August 23, 2012

Do your shares have the power?

David Milstead | The Globe and Mail

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Yvan Allaire, chairman of the board of the Institute for Governance of Private and Public Organizations (IGPPO) and a professor emeritus at Universite du Quebec a Montreal, estimated that 13 per cent of the 253 companies on the TSX/S&P composite index in 2008 had some form of dual-class voting structure.

For the last three decades, any company choosing to list on the TSX must include some sort of “coattail” provision that protects the lesser-voting shareholders. In essence, it says that the terms of any sale of the super-voting shares must be offered to all shareholders. Magna was one of roughly a dozen companies on the TSX that are grandfathered in and need not abide by that clause.

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Hot-button issues

Yvan Allaire, in a paper earlier this year for the Canadian Institute of Chartered Accountants, listed questions directors should ask before joining the board of a company with a dual-class share structure. The questions also would serve potential shareholders:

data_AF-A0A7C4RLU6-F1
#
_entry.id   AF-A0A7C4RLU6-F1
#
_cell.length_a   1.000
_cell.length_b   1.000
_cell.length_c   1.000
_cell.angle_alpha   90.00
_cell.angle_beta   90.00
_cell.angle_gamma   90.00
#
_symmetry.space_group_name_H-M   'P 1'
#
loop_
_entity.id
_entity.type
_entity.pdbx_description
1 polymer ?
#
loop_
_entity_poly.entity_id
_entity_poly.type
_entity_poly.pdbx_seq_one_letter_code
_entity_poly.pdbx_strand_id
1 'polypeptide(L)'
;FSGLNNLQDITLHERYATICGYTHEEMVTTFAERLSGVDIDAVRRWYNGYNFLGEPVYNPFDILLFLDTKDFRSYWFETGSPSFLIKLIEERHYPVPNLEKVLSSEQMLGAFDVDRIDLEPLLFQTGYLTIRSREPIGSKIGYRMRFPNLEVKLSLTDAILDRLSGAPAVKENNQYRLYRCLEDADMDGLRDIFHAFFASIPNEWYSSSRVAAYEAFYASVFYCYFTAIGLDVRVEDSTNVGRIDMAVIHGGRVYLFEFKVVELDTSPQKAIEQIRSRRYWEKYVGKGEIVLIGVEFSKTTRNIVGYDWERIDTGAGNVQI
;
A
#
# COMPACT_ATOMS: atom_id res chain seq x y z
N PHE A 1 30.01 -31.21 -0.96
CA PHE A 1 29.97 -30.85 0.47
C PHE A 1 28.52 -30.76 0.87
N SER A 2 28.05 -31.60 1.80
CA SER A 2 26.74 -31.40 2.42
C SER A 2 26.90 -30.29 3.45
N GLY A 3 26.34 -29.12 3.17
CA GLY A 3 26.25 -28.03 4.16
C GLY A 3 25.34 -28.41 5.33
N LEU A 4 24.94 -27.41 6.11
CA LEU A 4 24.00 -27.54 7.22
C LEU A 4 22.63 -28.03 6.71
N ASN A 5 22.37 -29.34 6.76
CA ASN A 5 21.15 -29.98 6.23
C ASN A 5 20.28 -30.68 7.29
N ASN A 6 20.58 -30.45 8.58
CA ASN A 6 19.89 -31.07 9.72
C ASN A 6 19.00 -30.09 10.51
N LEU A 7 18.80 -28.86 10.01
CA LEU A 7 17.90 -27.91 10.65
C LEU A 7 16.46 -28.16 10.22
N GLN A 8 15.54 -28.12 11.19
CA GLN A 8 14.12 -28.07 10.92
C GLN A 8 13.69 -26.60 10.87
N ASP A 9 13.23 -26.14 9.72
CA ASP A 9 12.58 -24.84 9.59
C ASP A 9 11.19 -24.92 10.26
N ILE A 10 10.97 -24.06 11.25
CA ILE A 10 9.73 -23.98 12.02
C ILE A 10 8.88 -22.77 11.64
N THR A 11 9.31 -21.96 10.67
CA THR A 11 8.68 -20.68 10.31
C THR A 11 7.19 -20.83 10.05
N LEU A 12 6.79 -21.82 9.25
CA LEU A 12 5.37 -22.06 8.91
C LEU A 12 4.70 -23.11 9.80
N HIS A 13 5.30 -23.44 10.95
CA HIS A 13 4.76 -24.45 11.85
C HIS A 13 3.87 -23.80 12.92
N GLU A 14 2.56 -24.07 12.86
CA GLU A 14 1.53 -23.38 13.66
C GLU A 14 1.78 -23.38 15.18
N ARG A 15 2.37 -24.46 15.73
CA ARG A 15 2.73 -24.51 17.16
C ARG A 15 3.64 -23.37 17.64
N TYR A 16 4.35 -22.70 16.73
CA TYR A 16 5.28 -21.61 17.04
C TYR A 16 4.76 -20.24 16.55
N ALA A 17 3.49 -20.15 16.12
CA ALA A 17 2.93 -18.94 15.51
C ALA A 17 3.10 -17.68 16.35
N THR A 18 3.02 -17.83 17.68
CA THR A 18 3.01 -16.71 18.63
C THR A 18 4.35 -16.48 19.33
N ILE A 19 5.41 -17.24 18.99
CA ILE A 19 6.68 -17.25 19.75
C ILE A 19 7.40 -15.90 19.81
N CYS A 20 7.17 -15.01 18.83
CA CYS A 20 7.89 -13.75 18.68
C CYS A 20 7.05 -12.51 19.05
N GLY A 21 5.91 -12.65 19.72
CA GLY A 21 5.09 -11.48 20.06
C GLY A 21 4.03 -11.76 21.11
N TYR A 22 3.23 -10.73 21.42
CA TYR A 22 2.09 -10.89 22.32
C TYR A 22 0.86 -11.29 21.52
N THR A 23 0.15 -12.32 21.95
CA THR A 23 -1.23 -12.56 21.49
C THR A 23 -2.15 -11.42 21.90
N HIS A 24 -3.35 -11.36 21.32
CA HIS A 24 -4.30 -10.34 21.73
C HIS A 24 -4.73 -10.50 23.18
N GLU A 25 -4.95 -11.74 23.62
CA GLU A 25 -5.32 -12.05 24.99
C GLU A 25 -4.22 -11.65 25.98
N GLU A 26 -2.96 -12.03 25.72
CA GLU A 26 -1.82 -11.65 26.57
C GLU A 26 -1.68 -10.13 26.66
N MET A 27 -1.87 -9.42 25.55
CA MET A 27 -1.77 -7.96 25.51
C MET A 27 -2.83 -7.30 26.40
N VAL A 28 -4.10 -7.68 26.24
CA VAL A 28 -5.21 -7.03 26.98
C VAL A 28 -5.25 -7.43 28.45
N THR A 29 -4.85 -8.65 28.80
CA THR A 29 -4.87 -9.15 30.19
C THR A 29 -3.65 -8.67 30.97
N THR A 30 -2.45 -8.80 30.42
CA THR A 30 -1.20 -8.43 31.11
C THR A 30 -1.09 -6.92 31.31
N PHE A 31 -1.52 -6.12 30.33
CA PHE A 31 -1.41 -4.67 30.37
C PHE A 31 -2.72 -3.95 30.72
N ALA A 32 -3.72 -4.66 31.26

1. What is the nature of the difference between the share classes?

  • Do both classes have full rights to vote, differing only in the number of votes to which they are entitled?
  • Is there a class without voting rights?
  • Is there a provision allowing the class of shares with inferior voting rights to elect a number of board members?
  • Are both classes of shares traded on stock exchanges and, if so, how are they valued by the market?

2. Does the company have a strong coattail provision in place to protect minority shareholders in the event of the controlling shareholder selling his/her interest?

3. How does the controlling shareholder’s voting power compare with his/her economic interest?

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